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Int Endod J. 2009 Oct;42(10):874-83. doi: 10.1111/j.1365-2591.2009.01582.x.

Evaluation of the cost-effectiveness of root canal treatment using conventional approaches versus replacement with an implant.

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Institute of Health and Society, Newcastle University, Newcastle upon Tyne NE2 4AA, UK.



To evaluate the cost-effectiveness of root canal treatment for a maxillary incisor tooth with a pulp infection, in comparison with extraction and replacement with a bridge, denture or implant supported restoration.


A Markov model was built to simulate the lifetime path of restorations placed on the maxillary incisor following the initial treatment decision. It was assumed that the goal of treatment was the preservation of a fixed platform support for a crown without involving the adjacent teeth. Consequently, the model estimates the lifetime costs and the total longevity of tooth and implant supported crowns at the maxillary incisor site. The model considers the initial treatment decisions, and the various subsequent treatment decisions that might be taken if initial restorations fail.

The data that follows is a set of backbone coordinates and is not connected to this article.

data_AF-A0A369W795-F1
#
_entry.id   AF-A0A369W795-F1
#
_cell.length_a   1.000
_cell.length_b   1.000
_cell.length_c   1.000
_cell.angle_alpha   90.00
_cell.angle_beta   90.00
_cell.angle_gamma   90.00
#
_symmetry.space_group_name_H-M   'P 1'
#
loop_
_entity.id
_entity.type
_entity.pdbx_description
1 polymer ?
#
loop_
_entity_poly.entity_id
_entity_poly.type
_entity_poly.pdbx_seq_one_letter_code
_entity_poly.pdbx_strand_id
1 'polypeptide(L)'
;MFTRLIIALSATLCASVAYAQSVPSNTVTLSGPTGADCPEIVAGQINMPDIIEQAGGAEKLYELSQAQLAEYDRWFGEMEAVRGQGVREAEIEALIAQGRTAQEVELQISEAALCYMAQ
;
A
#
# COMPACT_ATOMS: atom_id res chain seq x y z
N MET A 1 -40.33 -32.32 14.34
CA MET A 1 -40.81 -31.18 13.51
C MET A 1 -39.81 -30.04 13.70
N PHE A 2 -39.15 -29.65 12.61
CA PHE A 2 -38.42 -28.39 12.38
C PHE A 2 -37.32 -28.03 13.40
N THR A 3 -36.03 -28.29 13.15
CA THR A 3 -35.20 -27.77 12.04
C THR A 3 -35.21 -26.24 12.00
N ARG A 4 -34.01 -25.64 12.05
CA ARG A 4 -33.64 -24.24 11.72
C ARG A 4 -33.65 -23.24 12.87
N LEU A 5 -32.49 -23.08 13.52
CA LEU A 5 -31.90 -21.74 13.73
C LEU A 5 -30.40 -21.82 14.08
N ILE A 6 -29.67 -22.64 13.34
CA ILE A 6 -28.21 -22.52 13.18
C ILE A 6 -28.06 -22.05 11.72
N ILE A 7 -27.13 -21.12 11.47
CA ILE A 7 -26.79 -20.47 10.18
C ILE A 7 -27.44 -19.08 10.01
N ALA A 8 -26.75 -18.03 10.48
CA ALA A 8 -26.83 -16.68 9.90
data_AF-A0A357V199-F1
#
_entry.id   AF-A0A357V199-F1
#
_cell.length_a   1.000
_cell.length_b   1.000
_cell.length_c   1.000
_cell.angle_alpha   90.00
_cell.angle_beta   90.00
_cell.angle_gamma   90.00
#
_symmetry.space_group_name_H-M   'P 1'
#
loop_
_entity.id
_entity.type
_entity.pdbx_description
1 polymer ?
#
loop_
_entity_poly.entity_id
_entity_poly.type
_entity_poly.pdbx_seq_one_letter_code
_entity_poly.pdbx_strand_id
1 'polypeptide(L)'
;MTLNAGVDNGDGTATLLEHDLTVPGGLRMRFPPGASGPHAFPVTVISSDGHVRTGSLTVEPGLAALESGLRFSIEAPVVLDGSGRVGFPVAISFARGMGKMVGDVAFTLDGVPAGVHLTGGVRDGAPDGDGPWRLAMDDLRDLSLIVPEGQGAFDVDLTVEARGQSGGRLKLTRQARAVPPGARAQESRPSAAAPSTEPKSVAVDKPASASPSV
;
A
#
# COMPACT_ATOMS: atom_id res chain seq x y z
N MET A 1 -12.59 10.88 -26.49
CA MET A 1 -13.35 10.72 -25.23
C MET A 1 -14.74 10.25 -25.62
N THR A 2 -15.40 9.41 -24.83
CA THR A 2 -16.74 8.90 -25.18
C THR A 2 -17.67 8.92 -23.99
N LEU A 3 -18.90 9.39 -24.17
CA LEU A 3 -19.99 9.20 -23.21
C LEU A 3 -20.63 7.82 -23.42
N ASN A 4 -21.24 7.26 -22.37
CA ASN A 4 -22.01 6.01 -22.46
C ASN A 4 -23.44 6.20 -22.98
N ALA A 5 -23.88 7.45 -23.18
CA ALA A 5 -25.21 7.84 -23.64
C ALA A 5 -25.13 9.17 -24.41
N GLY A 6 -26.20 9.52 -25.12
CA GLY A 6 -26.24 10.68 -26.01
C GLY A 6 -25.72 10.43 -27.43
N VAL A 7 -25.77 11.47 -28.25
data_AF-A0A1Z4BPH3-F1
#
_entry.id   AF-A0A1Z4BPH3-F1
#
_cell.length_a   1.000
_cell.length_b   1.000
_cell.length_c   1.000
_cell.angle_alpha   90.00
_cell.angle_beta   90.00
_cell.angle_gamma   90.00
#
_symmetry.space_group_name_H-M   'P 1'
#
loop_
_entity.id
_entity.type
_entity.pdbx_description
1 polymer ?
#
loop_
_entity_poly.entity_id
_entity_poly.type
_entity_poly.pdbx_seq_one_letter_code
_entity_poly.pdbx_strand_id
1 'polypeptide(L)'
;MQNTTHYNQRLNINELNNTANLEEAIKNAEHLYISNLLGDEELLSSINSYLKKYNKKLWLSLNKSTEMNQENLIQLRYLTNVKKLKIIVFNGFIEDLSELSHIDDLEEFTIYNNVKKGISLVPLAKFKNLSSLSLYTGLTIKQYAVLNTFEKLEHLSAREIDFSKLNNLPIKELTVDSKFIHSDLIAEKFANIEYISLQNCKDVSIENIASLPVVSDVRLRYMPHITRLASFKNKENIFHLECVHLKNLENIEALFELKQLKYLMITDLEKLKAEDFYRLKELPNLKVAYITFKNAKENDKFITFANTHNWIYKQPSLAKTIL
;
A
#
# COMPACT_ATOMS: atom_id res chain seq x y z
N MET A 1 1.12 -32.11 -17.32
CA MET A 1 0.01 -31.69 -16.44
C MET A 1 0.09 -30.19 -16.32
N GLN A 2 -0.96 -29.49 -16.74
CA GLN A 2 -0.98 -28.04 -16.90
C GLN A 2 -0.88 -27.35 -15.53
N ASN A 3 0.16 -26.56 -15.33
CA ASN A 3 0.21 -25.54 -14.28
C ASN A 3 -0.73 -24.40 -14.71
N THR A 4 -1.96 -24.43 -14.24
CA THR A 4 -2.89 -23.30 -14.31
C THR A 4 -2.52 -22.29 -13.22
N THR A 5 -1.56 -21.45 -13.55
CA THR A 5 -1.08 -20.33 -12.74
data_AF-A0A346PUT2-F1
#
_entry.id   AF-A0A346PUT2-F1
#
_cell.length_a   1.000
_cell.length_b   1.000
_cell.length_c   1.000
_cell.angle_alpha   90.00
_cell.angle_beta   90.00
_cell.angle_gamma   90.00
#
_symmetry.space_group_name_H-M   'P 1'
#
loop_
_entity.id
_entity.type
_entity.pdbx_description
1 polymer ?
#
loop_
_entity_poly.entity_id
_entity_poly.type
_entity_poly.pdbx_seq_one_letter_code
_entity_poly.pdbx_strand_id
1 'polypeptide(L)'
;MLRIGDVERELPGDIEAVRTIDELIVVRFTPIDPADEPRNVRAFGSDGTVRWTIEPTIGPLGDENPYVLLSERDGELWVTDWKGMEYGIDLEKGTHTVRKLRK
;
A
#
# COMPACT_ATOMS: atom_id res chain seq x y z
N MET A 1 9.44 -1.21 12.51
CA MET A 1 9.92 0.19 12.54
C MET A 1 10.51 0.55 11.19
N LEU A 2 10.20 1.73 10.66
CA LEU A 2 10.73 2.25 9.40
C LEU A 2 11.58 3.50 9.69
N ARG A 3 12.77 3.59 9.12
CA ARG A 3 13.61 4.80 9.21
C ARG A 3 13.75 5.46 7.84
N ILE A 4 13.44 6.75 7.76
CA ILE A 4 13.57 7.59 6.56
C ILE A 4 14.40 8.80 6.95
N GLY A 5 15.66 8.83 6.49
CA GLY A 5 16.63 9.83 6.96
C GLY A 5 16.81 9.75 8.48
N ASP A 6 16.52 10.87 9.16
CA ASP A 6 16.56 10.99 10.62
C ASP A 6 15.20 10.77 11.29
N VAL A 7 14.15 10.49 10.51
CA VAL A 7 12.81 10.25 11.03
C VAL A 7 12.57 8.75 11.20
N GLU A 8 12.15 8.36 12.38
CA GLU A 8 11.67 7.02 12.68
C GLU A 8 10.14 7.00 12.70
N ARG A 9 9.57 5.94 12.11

Root canal treatment extended the life of the tooth at an additional cost of pound5-8 per year of tooth life. Provision of orthograde re-treatment, if the root canal treatment fails returns further extension of the expected life of the tooth at a cost of pound12-15 per year. Surgical re-treatment is not cost-effective; it is cheaper, per year, to extend the life of the crown by replacement with a single implant restoration if orthograde endodontic treatment fails.


Modelling the available clinical and cost data indicates that, root canal treatment is highly cost-effective as a first line intervention. Orthograde re-treatment is also cost-effective, if a root treatment subsequently fails, but surgical re-treatment is not. Implants may have a role as a third line intervention if re-treatment fails.

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